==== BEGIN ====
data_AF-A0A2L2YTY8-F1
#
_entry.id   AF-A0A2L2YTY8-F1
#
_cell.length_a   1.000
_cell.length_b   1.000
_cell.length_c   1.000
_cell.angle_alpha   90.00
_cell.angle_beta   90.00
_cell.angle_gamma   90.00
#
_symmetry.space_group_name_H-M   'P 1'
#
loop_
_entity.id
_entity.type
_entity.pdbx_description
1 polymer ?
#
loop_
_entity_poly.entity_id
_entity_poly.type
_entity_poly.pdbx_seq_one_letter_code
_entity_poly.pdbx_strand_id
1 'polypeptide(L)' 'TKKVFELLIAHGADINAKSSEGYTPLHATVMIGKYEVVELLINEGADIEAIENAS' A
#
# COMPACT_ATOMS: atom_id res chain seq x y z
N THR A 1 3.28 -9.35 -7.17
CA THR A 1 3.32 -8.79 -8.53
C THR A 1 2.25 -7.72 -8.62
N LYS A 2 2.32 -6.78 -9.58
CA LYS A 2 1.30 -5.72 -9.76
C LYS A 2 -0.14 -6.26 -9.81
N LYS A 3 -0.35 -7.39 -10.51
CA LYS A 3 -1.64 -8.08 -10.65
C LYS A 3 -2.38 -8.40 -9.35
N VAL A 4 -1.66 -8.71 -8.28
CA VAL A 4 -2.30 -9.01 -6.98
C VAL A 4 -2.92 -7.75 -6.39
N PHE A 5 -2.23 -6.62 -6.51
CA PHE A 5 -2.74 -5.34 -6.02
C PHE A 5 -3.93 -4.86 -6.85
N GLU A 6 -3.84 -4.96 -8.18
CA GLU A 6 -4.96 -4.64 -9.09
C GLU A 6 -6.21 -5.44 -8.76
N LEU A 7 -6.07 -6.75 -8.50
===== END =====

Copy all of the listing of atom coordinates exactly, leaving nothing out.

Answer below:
data_AF-A0A2L2YTY8-F1
#
_entry.id   AF-A0A2L2YTY8-F1
#
_cell.length_a   1.000
_cell.length_b   1.000
_cell.length_c   1.000
_cell.angle_alpha   90.00
_cell.angle_beta   90.00
_cell.angle_gamma   90.00
#
_symmetry.space_group_name_H-M   'P 1'
#
loop_
_entity.id
_entity.type
_entity.pdbx_description
1 polymer ?
#
loop_
_entity_poly.entity_id
_entity_poly.type
_entity_poly.pdbx_seq_one_letter_code
_entity_poly.pdbx_strand_id
1 'polypeptide(L)' 'TKKVFELLIAHGADINAKSSEGYTPLHATVMIGKYEVVELLINEGADIEAIENAS' A
#
# COMPACT_ATOMS: atom_id res chain seq x y z
N THR A 1 3.28 -9.35 -7.17
CA THR A 1 3.32 -8.79 -8.53
C THR A 1 2.25 -7.72 -8.62
N LYS A 2 2.32 -6.78 -9.58
CA LYS A 2 1.30 -5.72 -9.76
C LYS A 2 -0.14 -6.26 -9.81
N LYS A 3 -0.35 -7.39 -10.51
CA LYS A 3 -1.64 -8.08 -10.65
C LYS A 3 -2.38 -8.40 -9.35
N VAL A 4 -1.66 -8.71 -8.28
CA VAL A 4 -2.30 -9.01 -6.98
C VAL A 4 -2.92 -7.75 -6.39
N PHE A 5 -2.23 -6.62 -6.51
CA PHE A 5 -2.74 -5.34 -6.02
C PHE A 5 -3.93 -4.86 -6.85
N GLU A 6 -3.84 -4.96 -8.18
CA GLU A 6 -4.96 -4.64 -9.09
C GLU A 6 -6.21 -5.44 -8.76
N LEU A 7 -6.07 -6.75 -8.50